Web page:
What is a Skilled Trade?
Skilled trades are occupations that require a special skill, knowledge or ability which can be obtained at a college, technical school or through specialized training. Skilled trades provide an alternative to jobs that require four years of college education. While skilled trades can be separated into many areas such as manufacturing, technology, energy, and healthcare, they are generally divided into the following three categories:
1. Skilled Industrial Trades: welders, machinists, mechanics, tool and die makers, programmers
2. Skilled Construction Trades: electricians, plumbers, gasfitters, carpenters, bricklayers, technicians, insulators
3. Skilled Service Trades: nurses, aides, orderlies, therapists, service technicians,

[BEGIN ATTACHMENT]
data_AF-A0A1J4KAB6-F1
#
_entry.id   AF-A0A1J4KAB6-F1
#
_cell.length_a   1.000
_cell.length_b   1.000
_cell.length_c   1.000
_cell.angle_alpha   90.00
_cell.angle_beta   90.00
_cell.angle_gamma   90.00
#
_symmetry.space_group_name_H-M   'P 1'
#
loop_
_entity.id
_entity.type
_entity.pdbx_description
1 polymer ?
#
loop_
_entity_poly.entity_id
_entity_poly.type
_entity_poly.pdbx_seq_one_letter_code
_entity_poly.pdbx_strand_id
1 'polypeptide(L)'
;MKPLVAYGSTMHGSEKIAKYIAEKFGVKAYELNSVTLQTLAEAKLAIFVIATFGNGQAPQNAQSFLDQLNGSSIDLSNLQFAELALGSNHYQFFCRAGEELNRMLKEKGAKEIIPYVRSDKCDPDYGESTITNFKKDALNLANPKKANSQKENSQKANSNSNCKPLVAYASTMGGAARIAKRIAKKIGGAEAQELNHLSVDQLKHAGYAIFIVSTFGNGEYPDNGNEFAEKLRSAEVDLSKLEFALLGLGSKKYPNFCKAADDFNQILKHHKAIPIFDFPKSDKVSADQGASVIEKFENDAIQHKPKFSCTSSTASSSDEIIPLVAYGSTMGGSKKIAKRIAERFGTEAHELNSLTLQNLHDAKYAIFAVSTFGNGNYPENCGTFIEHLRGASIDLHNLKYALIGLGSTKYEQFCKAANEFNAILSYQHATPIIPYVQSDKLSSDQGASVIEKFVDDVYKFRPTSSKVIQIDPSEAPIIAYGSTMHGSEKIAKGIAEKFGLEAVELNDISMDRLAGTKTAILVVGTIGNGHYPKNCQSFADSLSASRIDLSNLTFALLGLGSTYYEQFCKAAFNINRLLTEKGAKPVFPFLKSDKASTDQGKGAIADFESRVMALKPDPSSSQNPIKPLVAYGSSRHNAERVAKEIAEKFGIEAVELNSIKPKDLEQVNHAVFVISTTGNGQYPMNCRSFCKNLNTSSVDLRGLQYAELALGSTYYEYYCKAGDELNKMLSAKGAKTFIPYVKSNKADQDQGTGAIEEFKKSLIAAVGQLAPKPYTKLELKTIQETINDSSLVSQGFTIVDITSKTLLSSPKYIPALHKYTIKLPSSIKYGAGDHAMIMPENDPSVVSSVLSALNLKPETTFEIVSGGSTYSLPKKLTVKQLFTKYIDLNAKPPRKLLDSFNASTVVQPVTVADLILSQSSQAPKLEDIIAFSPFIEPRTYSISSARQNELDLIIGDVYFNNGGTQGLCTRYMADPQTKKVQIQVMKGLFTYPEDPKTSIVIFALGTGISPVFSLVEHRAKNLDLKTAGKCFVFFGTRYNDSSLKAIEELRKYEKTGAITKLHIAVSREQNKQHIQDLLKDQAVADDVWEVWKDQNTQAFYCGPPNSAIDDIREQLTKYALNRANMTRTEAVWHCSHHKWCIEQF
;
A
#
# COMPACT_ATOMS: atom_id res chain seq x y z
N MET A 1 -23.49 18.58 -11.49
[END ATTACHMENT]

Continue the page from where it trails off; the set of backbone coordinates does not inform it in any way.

There is a growing concern within the field of trades that we will soon see a critical shortage of adequately trained and competent skilled workers. As the baby boom generation continues to retire and leave the workforce, a lack of qualified candidates to step into vacant trade positions could severely impact economic growth. Several theories have been offered to explain the 'skilled trades gap.' Some include: mismatch between employee skills and employer needs, stagnant wages, specific technical requirements, a lack of employer sponsored on-the-job training and apprenticeship programs and declining interest in skilled trades careers among graduating students.